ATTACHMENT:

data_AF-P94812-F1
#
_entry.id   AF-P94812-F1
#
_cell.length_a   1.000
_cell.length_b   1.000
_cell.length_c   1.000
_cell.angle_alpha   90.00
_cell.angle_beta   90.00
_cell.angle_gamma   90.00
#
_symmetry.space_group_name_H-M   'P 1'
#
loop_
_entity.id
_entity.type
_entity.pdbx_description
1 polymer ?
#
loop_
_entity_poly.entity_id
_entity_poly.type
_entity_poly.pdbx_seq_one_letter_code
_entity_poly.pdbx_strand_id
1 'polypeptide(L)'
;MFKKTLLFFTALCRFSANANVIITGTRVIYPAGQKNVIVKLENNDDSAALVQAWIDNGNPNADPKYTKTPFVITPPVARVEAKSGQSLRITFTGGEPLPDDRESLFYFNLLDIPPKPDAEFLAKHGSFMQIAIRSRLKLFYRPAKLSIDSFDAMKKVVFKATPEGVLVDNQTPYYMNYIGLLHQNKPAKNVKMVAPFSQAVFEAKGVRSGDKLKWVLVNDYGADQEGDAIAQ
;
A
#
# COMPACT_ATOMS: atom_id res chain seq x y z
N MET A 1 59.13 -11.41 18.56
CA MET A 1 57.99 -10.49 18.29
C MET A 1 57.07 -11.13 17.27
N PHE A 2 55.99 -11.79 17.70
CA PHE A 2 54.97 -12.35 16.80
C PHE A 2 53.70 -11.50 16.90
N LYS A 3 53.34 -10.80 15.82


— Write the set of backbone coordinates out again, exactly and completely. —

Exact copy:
data_AF-P94812-F1
#
_entry.id   AF-P94812-F1
#
_cell.length_a   1.000
_cell.length_b   1.000
_cell.length_c   1.000
_cell.angle_alpha   90.00
_cell.angle_beta   90.00
_cell.angle_gamma   90.00
#
_symmetry.space_group_name_H-M   'P 1'
#
loop_
_entity.id
_entity.type
_entity.pdbx_description
1 polymer ?
#
loop_
_entity_poly.entity_id
_entity_poly.type
_entity_poly.pdbx_seq_one_letter_code
_entity_poly.pdbx_strand_id
1 'polypeptide(L)'
;MFKKTLLFFTALCRFSANANVIITGTRVIYPAGQKNVIVKLENNDDSAALVQAWIDNGNPNADPKYTKTPFVITPPVARVEAKSGQSLRITFTGGEPLPDDRESLFYFNLLDIPPKPDAEFLAKHGSFMQIAIRSRLKLFYRPAKLSIDSFDAMKKVVFKATPEGVLVDNQTPYYMNYIGLLHQNKPAKNVKMVAPFSQAVFEAKGVRSGDKLKWVLVNDYGADQEGDAIAQ
;
A
#
# COMPACT_ATOMS: atom_id res chain seq x y z
N MET A 1 59.13 -11.41 18.56
CA MET A 1 57.99 -10.49 18.29
C MET A 1 57.07 -11.13 17.27
N PHE A 2 55.99 -11.79 17.70
CA PHE A 2 54.97 -12.35 16.80
C PHE A 2 53.70 -11.50 16.90
N LYS A 3 53.34 -10.80 15.82